Alberta teemed with some of the best hard rock in the country in the ’80s, and among the cream of that crop was Sentinel. Hailing from the provincial capital, the band was formed in ’83 from the ashes of The Biz, a progressive rock outfit from Vancouver who saw one album released, A MATTER OF TIME.

While On the circuit, The Biz met Toronto native Mike Polly while he was fronting the west coast metal band Anvil Hawk. The Biz had him up to sing a few times, but a plan to have him become their new singer fell apart at the last minute. By 1982 The Biz had run its course, and now calling Edmonton home, bassist Richard Loubert, guitarist Ole Moen and drummer Ken Leckie recruited Sandy Lawson (ex of Headline, Ross Folkersen, Fair Warning and the guitarist in The Biz that Moen replaced) and Polly for their new group. Incorporating a harder edge than any of their previous projects, they began the ‘B’ circuit around Alberta, and soon moved up a notch and were on the road throughout western Canada.

By the end of the year, Loubert put down the bass and became the band’s manager. Taking his place was Rob Roggeveen. Soon after, Rick Hayton, formerly of Thor, was the band’s new drummer. They continued making their rounds, including taking the stage at the Edmonton Rock Expo in ’84, while writing their own material and putting their own stamp on metal standards and developing a loyal following in the process.

They signed with Ross Mackenzie of Mackenzie Management, who also handled White Wolf, and early in ’85 were in Calgary’s Thunder Roads and Smooth Rock studios with producer Danny Lowe. They laid down the tracks to a five-song demo and began shopping it around. That March they were featured on CFRN TV’s “Rock Light” latenight program, where they performed those five original songs (“Hands of Fate,” “Guilty As Hell,” “Pound It In,” “Take Good Care,” “Have Mercy”), as well as a cover of Rainbow’s “Man On The Silver Mountain.”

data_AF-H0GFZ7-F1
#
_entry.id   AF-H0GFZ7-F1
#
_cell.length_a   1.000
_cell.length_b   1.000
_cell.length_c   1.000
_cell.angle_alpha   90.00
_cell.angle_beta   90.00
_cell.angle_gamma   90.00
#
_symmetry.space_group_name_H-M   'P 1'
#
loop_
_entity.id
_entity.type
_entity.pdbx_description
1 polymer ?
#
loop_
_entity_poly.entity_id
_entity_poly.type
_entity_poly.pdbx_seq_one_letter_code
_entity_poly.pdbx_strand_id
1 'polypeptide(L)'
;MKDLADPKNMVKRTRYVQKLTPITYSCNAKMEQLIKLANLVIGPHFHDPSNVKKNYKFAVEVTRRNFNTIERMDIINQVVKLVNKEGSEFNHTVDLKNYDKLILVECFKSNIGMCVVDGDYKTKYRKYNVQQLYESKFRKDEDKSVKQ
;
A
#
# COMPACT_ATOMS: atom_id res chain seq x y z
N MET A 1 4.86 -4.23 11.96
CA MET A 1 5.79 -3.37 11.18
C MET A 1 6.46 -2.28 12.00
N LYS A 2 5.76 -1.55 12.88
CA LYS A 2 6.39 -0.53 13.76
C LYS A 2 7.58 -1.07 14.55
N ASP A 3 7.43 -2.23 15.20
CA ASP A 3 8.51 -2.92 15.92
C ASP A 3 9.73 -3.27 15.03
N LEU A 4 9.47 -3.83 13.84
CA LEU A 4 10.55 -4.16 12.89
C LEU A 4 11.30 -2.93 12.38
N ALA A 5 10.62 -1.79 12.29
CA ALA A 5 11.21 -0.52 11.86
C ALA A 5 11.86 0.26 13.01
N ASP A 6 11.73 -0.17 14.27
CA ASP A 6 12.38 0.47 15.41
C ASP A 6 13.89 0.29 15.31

They continued peddling the demos and played for some reps from Geffen and RCA. Both were interested. But Geffen’s stipulation on a US deal centered around Lawson and Polly going to New York with a new band. After settling on them keeping Moen in the fold, Mackenzie found Dave Hiebert, formerly of Pretty Rough to take over the drums and then Mike Cillis to be the new bassist.

While RCA had offered a Canadian deal, Mackenzie had taken the original demo to an international music exposition in Cannes, France. Although he came home with four different offers to release the demos as an EP, they continued peddling the tapes, eventually catching the attention of Paul Birch, who signed them to his British label Heavy Metal/FM Revolver Records that summer. Things looked promising for the band, as their career highlight to that point included an opening slot on KISS’ Animalize Tour that year.

But before long, Erik Young replaced Hiebert on drums – around the same time that label reps convinced the band to change its name to High Command due to ‘Sentinel’ already being a German metal group. They continued tearing up the stage wherever they played, but when the deal with Birch fell through in the spring of 1986, they left Mackenzie Management, eventually spelling the temporary end of the band.

Following their demise, the members all went on to other projects. Lawson and Moen formed the short-lived Saxon-cover band called Riff Raff, which also featured the return to the fold by Hayton on drums. But by the end of ’86, High Command was back in business – with Polly, Lawson, and Moen, and new drummer Kenny Jones and new bassist Darcy Allen. But with the European deal no longer on the table, no manager to find them a new one, and the trend for bars going to DJs instead of bands, the band was dead again by the end of the year.

Lawson and Polly weren’t apart for long however – as they formed Havoc, a Whitesnake cover band in ’88, that lasted the better part of a year and a half. That band also came to an end when Polly and Lawson both enrolled in Edmonton colleges – Polly for Biological Sciences and Lawson took some Art classes.

Fast forward to 2005, where Lawson attended a reunion of of his first pro band, Headline, in Victoria, BC. They played the closing night at the Jazz Festival at the Central Bar & Grill, and Polly, now living in Whistler, joined them on stage for a few numbers. After Lawson spent some time in his new project, Crank, he hooked up with Polly again for the formation of the mostly covers band The F.O.G., which played western Canada on and off for the next few years.

In 2010 the lineup of Polly, Lawson, Moen, Cillis and Young reformed Sentinel and are working on new recorded material, hoping to finally put out their debut album.

  • With notes from Sandy Lawson

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